Meaning a Life: An Autobiography

New Directions. Apr. 2020. 304p. ISBN 9780811229470. pap. $18.95. autobiog
Artist, activist, and wife of objectivist poet George Oppen recounts her life in Montana and Oregon in the early 1900s and her marriage to and partnership with her husband. Her memoir, originally published in 1978, has been reissued with a new introduction by the poet and editor Jeffrey Yang and previously unpublished writings. The couple met in 1928 when they were students at Oregon State University. After being expelled for breaking curfew together, they traveled the country, hitchhiking and sailing, before moving to France in 1929. The rise of fascism alarmed them, and they returned to the U.S. in 1932, only to confront a country in the throes of the Great Depression. Mary notes that after they disembarked in Baltimore, “grown men, respectable men—our fathers—stepped forward to ask for a nickel, rag in hand to wipe our windshield.” The Oppens felt compelled to set aside their artistic ambitions and begin advocating for the unemployed; they joined the Communist Party and the Workers Alliance. Despite the fact that George served in World War II, the couple was under suspicion for their pre-war communist affiliations, which lead them to exile in Mexico City from 1949–57.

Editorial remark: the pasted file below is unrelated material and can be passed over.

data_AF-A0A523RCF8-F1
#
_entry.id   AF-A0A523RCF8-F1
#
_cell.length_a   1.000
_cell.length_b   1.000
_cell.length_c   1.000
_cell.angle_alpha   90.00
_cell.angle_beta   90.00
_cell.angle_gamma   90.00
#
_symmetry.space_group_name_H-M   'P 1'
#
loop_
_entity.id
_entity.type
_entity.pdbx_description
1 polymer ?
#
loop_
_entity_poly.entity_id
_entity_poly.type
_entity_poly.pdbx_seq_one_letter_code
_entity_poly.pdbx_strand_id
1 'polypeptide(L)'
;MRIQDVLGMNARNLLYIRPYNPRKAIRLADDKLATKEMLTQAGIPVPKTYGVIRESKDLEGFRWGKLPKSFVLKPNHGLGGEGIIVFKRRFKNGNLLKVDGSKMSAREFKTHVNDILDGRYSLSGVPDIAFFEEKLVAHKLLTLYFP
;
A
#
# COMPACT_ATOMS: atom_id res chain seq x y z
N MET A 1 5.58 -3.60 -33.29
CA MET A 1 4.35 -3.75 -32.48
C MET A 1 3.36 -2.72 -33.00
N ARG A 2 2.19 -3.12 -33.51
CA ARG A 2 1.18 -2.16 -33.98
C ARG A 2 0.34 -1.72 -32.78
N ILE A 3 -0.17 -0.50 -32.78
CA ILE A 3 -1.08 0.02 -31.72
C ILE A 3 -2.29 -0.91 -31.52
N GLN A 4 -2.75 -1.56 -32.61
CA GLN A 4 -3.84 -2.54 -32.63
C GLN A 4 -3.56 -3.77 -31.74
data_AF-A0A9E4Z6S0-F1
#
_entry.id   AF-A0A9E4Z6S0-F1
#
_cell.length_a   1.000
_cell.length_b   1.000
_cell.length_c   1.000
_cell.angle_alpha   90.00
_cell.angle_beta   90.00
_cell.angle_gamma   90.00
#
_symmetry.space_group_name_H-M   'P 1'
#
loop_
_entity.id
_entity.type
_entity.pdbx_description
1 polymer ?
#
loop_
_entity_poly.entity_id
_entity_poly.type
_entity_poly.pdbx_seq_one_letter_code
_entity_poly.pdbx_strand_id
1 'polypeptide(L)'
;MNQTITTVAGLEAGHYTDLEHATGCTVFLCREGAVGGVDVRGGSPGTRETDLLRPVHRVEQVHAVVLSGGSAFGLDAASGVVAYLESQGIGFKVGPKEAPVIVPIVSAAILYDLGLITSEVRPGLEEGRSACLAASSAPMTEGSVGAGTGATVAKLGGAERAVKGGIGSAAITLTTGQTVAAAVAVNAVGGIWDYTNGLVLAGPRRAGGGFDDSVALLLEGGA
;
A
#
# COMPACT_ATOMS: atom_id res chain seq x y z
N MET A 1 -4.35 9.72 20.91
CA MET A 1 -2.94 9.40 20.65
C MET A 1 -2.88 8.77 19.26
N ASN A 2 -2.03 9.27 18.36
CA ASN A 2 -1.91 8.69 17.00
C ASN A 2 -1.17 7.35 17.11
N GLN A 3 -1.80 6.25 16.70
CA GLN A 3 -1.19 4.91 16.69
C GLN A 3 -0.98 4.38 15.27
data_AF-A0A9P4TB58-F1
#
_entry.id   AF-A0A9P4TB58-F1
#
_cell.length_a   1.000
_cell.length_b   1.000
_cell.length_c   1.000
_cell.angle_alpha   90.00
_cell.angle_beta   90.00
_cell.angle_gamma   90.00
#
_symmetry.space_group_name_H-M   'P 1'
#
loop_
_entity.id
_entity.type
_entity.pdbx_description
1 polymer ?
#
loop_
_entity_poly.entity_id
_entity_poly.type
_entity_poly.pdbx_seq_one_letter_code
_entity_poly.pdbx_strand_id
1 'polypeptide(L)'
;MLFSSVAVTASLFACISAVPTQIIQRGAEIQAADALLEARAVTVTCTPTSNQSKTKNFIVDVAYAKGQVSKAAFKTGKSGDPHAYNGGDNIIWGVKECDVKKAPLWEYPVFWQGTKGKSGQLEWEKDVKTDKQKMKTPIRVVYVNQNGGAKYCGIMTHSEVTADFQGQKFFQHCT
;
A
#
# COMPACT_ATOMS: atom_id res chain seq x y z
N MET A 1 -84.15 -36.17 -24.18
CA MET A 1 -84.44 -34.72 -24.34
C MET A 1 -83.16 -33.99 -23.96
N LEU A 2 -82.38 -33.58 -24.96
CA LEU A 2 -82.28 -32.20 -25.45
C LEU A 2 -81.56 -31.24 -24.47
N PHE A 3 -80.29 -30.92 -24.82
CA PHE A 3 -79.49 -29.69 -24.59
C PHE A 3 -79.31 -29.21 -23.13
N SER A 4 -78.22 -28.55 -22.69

VERDICT Oppen’s memoir is a rich history of leftist political thought in America while chronicling a literary companionship and enduring love story; it is highly recommended for all collections.

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